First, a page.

Classified pages in 9/11 report could indicate Saudi involvement

Since its completion in December of 2011, the full report from Congress’s investigation into the 9/11 attacks has yet to be published. This is due to suspicions that the 28 pages that are still being withheld contain information that could reveal that the Saudi government and citizens played a role in the terrorist attack.

Pressed by a number of victim’s families, lawmakers and U.S. officials, President Obama asked intelligence officials to complete a review of the redacted report. In a recent interview with CBS News’ Charlie Rose, the president said that by his understanding the director of national intelligence, Jim Clapper, is close to completing the process. Although this is true, 14 years is entirely too long for this vital information to have been kept under wraps. Because of this, many questions about this tragic event have been left unanswered.

Watch the interview here: http://www.cbsnews.com/videos/president-obama-on-u-s-troops-in-iraq-classified-911-report-pages

It is still a mystery as to why 15 of the 19 hijackers from al Qaeda who were involved in the attack were Saudi citizens. Many, including myself, wonder if this has any indication that the Saudi government and its powerful religious establishment had a hand in supporting the plot for 9/11. Ex-Senator Bob Graham, who was co-chairman of the 2002 congressional investigation into the attacks, has repeatedly claimed there is evidence of support from the Saudi government to the terrorists and said the FBI has “gone beyond just covering up” this information in what he calls “aggressive deception.”

22fri1-superJumboContrary to this view, the 9/11 commission, an independent bipartisan panel that conducted a separate investigation in 2004, said in that although Saudi Arabia had been considered the primary source of funding for al Qaeda, they found no evidence of this being true. They also reported that they did not denounce the likelihood that charities sponsored by the Saudi government diverted funds to the terrorist group. So still, the question remains about the Saudi’s role in the attacks; a question that could be answered by the 28 classified pages of the congressional report.

The push for the release of the full report is part of a larger effort to pass a bill that will allow the U.S. government to sue members of the Saudi royal family for any involvement, including funding to terrorists, that they may have had in the attacks. The bill has met opposition from both the Obama administration and the Saudi royal family. If the bill is passed, the Saudi government has warned that it will sell off $750 billion worth of American assets held by the kingdom, which is seemingly problematic for the United States. With the large amount of investments that the United States has in Saudi Arabia, it does not seem wise to pass the bill. Although the redacted pages may reveal participation by the Saudi government in the 9/11 attacks, such an extreme decision could result in major damage to the U.S. economy. President Obama has also voiced his concern that if the U.S. creates the opportunity for individuals and the country to sue other governments, there will also be an opportunity for other individuals in other countries to sue the United States.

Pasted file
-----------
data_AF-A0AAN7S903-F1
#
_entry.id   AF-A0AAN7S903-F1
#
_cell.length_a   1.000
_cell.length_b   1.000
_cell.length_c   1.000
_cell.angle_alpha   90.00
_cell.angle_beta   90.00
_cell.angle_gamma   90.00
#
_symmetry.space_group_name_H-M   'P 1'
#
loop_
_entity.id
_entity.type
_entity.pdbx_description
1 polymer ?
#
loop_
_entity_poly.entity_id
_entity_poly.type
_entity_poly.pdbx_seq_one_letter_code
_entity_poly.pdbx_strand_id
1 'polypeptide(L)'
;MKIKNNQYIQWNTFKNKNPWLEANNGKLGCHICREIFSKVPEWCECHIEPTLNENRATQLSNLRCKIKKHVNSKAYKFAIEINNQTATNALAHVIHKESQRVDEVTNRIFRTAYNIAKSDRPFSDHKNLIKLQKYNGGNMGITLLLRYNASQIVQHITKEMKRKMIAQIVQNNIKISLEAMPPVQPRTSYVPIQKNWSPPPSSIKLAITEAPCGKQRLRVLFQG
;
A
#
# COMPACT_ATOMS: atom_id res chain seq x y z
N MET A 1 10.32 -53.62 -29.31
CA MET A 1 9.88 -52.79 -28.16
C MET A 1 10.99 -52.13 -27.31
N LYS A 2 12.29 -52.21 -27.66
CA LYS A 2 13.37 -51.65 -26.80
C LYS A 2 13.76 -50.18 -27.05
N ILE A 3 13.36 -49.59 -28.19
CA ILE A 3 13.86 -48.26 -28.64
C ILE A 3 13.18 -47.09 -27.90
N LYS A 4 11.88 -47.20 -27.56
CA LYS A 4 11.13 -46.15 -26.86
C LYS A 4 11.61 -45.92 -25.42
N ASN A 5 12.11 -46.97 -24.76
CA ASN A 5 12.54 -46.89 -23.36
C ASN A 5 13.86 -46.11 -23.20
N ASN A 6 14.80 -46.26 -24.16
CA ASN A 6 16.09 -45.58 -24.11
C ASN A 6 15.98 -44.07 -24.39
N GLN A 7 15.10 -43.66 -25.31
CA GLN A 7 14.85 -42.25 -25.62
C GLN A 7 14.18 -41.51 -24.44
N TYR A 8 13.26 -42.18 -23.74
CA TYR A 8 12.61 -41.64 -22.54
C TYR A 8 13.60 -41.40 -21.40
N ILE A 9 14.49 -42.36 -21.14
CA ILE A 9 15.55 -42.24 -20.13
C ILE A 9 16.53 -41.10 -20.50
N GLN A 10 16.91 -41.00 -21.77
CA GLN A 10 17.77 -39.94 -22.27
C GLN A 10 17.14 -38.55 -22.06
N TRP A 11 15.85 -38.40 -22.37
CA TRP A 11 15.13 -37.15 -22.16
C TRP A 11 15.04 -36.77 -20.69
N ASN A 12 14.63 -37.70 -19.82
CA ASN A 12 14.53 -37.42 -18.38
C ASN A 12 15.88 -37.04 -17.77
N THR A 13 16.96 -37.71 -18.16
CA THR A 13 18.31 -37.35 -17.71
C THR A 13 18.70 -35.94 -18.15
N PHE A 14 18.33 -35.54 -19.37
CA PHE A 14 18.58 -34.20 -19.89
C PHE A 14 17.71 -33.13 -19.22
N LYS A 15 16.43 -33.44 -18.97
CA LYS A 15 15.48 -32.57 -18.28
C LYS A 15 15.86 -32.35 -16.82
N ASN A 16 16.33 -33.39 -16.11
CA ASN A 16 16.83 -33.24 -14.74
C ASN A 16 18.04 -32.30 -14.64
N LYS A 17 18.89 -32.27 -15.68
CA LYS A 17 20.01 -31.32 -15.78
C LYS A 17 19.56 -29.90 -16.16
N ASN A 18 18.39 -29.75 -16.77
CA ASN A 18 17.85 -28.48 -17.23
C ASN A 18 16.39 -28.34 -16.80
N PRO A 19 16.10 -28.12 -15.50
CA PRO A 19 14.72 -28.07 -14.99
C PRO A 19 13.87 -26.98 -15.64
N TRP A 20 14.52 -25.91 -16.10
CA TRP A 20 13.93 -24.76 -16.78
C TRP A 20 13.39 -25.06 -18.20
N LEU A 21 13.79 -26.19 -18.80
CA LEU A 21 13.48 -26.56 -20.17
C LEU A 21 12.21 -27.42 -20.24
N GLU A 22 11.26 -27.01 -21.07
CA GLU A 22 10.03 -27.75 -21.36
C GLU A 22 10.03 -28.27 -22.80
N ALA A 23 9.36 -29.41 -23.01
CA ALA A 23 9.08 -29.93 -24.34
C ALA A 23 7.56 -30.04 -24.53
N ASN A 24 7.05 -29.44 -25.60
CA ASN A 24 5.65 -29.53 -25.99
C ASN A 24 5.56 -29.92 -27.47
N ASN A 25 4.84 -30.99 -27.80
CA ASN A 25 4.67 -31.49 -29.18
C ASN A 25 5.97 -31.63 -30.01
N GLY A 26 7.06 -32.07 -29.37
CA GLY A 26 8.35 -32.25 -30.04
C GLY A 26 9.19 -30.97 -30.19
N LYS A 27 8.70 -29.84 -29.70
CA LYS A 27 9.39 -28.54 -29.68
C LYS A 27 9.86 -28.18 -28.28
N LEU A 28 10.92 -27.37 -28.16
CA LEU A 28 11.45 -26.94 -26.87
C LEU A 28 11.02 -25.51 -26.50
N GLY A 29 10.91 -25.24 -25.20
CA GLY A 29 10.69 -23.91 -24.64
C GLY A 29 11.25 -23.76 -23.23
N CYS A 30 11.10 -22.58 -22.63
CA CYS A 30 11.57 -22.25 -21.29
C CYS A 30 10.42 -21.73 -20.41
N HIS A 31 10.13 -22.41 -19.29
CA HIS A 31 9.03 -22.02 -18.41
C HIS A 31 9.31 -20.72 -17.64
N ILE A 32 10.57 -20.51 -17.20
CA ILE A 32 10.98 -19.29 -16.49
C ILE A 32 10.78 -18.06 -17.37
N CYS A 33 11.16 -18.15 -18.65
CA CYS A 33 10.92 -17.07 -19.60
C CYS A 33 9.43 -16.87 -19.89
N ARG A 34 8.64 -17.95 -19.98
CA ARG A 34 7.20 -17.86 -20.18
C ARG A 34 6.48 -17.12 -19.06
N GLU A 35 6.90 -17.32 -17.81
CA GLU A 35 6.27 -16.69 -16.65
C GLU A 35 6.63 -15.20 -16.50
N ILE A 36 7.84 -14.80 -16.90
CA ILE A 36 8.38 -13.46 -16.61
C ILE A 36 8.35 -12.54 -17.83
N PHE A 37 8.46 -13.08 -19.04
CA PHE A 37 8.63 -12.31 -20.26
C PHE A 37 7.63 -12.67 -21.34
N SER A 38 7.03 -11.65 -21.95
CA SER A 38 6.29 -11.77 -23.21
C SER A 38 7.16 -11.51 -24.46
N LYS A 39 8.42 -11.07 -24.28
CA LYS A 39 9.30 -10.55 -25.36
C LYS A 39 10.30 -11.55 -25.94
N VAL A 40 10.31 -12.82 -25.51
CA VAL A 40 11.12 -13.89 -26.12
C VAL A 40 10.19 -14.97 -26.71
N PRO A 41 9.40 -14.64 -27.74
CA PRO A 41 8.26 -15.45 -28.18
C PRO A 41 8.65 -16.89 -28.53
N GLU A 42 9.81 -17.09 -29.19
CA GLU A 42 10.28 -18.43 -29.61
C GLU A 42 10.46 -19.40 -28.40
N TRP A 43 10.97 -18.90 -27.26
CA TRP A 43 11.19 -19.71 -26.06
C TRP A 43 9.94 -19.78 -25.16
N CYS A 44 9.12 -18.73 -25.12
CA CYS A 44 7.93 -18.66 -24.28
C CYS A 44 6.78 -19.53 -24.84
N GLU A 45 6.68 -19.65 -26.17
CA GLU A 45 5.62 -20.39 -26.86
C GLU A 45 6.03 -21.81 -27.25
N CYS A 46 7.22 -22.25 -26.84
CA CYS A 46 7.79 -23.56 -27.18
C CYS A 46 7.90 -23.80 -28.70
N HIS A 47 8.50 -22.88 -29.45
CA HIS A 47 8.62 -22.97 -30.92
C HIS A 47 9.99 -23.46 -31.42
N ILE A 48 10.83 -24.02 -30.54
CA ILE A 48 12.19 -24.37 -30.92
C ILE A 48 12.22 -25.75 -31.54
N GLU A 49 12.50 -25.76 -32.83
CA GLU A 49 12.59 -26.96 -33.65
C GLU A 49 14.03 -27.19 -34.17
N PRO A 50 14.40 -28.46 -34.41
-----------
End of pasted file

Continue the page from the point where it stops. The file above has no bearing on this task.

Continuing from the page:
Read more: Saudi Arabia Warns of Economic Fallout if Congress Passes 9/11 Bill

It does not help that Saudi-American relations have been badly damaged by disputes over Iran, Syria and opposition by Americans of Wahhabism, Saudi Arabia’s dominant faith, the same extremist form of Islam that inspired Bin Laden, al Qaeda and the Islamic State. Even though this is true, Saudi Arabia has been a country which has traditionally aided the U.S. on counterterrorism and security. If there is in hope in repairing ties with the Saudi government, all remaining facts about 9/11 must be released to the public.

U.S. Ambassador to Iceland asks “How can we do better?”

Ambassador Robert C. Barber’s presentation at the Celebration of Inquiry challenged others to think of unique ways to create and use renewable energy.

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Ambassador Robert C. Barber

Barber, who has been ambassador since January 2015, met opposition when first nominated by President Obama in October 2013.

A former Massachusetts Super Lawyer, Barber was criticized for his perceived lack of experience, not only by members of the US Senate’s Foreign Relations Committee but by popular comedian Jon Stewart as well.

Barber was not phased by this hostility.